California officials said Wednesday that they’re prepared to fight President Donald Trump over his announcement that he’s revoking the state’s legal authority to set its own car emissions standards.
At a press conference, state leaders emphasized that they’ve long anticipated this move by the Trump administration and that they plan to take Trump to court over it as soon as possible.
“This is the fight of a lifetime for us. We have to win this,” California Air Resources Board chairwoman Mary Nichols said, adding that she’s been paying her dues to the State Bar of California “just in readiness for this moment,” so that she could be part of the litigation.
Shortly before she spoke, Trump tweeted out confirmation that he was revoking a waiver that’s long allowed the state to establish its own tailpipe emissions policy, upending decades of bipartisan support for that exception.
The president argued that revoking the waiver would make cars cheaper and safer while making little difference in emissions and creating more jobs.
“This is simply inaccurate,” Democratic Gov. Gavin Newsom retorted on Twitter, saying the looser standards Trump wants would cost consumers $400 billion and result in “320 billion more gallons of oil burned and spewed into our air.”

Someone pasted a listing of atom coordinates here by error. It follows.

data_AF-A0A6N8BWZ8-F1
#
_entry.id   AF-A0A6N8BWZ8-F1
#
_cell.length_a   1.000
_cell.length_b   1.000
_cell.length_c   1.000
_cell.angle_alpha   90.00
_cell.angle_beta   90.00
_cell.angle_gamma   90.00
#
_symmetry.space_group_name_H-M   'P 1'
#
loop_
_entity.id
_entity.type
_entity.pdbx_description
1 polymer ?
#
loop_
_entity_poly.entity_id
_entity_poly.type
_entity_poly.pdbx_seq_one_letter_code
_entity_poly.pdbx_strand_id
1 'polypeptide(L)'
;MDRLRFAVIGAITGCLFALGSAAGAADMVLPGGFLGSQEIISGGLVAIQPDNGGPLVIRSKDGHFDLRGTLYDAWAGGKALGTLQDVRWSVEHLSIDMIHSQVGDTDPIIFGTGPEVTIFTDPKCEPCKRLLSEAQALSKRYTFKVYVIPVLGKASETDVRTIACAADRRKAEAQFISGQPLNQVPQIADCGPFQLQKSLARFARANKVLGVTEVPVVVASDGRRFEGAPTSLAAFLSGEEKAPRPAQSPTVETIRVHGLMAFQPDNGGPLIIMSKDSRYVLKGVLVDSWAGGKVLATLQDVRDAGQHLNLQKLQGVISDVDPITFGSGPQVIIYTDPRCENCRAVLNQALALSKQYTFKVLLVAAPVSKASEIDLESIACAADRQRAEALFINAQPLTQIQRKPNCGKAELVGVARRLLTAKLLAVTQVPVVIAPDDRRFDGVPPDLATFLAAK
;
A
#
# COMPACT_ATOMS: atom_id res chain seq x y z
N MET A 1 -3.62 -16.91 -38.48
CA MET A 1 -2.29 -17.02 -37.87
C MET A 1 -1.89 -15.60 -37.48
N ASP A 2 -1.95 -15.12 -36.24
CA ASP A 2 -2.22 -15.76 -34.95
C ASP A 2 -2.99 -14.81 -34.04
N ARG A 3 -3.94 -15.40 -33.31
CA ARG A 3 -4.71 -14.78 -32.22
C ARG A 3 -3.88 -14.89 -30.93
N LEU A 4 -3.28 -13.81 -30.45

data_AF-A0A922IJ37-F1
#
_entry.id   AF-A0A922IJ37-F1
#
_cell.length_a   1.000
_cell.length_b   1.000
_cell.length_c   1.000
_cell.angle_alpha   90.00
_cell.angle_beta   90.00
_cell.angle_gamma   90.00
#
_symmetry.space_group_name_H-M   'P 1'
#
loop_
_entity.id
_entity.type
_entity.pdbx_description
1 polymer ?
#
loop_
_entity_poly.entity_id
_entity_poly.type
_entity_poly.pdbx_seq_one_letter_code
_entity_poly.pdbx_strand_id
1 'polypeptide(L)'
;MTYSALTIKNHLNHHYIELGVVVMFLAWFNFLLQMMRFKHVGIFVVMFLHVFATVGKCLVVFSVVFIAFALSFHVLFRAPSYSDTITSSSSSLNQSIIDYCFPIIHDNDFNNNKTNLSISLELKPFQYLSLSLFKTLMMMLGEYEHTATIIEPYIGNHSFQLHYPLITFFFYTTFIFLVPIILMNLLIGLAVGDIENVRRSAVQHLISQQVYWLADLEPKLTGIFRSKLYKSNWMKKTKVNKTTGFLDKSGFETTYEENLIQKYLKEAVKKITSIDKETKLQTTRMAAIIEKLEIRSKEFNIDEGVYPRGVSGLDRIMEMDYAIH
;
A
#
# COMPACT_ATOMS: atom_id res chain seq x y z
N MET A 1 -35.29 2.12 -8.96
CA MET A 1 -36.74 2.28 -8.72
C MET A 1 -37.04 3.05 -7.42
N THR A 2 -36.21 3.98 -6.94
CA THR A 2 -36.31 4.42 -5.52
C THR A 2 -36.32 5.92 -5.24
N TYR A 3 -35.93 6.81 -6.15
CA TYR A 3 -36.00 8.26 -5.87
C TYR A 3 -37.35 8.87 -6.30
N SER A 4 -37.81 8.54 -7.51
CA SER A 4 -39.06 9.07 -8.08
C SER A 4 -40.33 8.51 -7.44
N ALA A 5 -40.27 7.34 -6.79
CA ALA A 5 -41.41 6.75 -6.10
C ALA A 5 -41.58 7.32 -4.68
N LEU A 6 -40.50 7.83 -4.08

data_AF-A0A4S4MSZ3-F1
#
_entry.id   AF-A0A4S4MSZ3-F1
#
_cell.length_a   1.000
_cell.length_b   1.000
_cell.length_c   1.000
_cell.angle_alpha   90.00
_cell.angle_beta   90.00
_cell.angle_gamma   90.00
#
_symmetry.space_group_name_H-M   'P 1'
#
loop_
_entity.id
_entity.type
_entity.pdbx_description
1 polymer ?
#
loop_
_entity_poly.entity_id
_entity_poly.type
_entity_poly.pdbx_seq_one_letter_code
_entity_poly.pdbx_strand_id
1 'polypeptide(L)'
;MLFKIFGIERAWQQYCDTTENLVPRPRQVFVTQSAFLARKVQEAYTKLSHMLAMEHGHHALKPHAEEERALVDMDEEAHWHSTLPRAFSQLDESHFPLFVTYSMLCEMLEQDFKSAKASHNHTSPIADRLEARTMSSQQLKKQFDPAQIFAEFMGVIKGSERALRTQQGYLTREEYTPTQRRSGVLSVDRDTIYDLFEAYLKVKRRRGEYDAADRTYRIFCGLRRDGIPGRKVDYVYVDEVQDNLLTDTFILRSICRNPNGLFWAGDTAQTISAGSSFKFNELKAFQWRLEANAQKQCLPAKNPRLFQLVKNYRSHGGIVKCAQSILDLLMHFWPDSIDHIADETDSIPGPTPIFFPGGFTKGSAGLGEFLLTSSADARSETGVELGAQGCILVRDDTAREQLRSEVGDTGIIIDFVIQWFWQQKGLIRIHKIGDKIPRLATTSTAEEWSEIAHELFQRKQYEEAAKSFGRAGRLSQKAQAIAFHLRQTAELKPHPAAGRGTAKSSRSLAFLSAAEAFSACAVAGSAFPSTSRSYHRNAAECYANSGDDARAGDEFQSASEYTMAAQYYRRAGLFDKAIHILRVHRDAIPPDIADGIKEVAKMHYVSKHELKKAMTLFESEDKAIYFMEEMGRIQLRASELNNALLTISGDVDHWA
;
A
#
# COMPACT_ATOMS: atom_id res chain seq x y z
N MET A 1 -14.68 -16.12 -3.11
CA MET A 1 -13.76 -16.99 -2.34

He elaborated at Wednesday’s press conference, accusing Trump of being in oil companies’ pockets.
“It’s about the oil industry, period,” Newsom said. “It’s not about the car manufacturers, not about consumers. ... It’s not about our economy. It’s about oil companies.”
Car makers are also on board with California’s standards, which landed four of the biggest brands in the industry in a public spat with Trump last month after they reached a voluntary agreement with California on fuel efficiency rules.
Trump’s refusal to acknowledge that human activities — like driving — are causing climate change remains at the center of this fight.
“We cannot afford to backslide in our battle against climate change,” California Attorney General Xavier Becerra said Wednesday. “For us, this is about survival. Our communities are screaming for help to address the climate crisis. Unlike the Trump administration, we don’t run scared.”